How to cope with life at sea, as a dancer on cruise ships
Life at sea - sounds pretty good and it is but before you subject yourself to quite a lengthy contract it is a good idea to approach other dancers who have worked in this area for advice.
Look on Dancers Pro at the various large companies and see if dancers return to work with them for a second season. This is always an indication that the company is reputable and are good employers. If you have never been on a ship book yourself on a day visit on one of the ships that dock in Southampton - these are run by travel agents on P&O and MSC and will give you some idea of the accommodation on board and theatres and general conditions. Bear in mind if you are a person who likes solitude and privacy you are not going to get it when sharing a cabin with a stranger and possibly in bunks in a very small area.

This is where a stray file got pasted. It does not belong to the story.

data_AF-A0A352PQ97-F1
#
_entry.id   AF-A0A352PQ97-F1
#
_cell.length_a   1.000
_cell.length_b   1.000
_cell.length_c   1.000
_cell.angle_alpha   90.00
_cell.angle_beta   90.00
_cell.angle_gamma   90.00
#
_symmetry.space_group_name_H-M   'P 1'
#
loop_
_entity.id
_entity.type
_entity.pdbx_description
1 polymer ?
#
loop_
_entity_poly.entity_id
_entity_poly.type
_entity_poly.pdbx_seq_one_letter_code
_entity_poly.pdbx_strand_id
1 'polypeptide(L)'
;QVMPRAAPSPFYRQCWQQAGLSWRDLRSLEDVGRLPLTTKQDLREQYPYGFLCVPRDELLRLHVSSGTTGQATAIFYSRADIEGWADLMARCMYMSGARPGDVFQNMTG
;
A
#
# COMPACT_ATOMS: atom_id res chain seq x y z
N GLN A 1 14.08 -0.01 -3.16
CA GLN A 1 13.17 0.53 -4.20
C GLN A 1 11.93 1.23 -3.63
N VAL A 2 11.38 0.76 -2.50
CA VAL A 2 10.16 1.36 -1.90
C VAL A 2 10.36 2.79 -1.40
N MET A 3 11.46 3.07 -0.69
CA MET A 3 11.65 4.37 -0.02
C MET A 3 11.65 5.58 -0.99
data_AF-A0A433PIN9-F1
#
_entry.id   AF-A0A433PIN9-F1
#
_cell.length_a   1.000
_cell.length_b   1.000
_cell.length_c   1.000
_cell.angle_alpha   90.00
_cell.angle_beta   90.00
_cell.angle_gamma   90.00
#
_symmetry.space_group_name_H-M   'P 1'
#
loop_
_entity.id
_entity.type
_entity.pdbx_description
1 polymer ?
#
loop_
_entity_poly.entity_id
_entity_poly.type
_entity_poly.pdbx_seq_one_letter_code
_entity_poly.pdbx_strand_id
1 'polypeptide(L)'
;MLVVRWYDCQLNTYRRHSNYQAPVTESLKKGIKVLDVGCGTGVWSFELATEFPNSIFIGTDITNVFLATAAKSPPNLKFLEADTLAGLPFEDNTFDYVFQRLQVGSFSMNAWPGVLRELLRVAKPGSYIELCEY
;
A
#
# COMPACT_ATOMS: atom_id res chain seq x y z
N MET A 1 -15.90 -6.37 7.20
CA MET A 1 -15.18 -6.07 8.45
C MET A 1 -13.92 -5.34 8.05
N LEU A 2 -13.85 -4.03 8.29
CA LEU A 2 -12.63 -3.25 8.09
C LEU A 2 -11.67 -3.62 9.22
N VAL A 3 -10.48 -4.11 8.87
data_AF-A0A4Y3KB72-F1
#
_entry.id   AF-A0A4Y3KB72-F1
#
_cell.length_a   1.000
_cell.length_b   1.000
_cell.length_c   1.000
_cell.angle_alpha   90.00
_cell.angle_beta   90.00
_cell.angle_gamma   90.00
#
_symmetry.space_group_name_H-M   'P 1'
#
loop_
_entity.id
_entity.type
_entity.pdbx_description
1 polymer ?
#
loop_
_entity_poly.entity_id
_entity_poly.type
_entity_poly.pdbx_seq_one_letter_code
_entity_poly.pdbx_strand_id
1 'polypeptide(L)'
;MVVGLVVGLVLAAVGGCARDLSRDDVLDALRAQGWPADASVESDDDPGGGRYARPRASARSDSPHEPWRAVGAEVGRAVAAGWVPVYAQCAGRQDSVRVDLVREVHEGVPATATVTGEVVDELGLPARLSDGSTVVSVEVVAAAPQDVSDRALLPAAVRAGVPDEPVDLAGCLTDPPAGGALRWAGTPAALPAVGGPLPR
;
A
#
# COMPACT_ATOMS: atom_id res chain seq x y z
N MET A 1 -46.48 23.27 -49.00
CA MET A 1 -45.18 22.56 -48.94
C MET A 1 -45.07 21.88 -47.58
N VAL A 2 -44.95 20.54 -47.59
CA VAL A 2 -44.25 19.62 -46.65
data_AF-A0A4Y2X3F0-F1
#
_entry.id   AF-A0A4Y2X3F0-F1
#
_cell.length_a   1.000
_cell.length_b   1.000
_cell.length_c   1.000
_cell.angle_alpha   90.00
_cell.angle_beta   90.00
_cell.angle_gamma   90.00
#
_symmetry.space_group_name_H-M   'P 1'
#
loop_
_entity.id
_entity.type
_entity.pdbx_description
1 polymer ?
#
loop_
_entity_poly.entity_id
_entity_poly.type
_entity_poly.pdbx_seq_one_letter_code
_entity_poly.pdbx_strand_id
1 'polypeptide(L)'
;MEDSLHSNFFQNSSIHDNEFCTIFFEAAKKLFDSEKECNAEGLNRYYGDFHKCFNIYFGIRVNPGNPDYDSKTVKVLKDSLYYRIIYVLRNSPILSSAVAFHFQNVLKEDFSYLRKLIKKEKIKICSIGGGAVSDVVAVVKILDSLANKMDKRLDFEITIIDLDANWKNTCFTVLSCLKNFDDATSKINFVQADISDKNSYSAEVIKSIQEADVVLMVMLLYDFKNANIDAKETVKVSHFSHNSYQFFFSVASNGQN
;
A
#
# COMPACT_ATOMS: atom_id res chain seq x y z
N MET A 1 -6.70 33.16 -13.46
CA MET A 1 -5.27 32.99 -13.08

Companies vary with what they expect entertainment staff to do - some you are purely in a dance role but others expect additional duties like embarkation and animation.
Be clear in your contract the number of shows you will do and other jobs.
Ensure you are covered by insurance in the event of accident.
Rehearsals are normally on land and then you transfer to the ship. Most days you will be expected to do 2 shows per eve and these are varied. You will have to pay for a STWC licence which is your own responsibility. Do not pay for any flights out yourself - respectable companies will arrange thus for you and your return flight as well. American companies like staff to be 21 because of the drinking age in USA. You do get time off in the day but you have to appreciate that at all times you are a member of staff and act appropriately - it is not a holiday.
Don't be frightened to ask people questions this work is not for everyone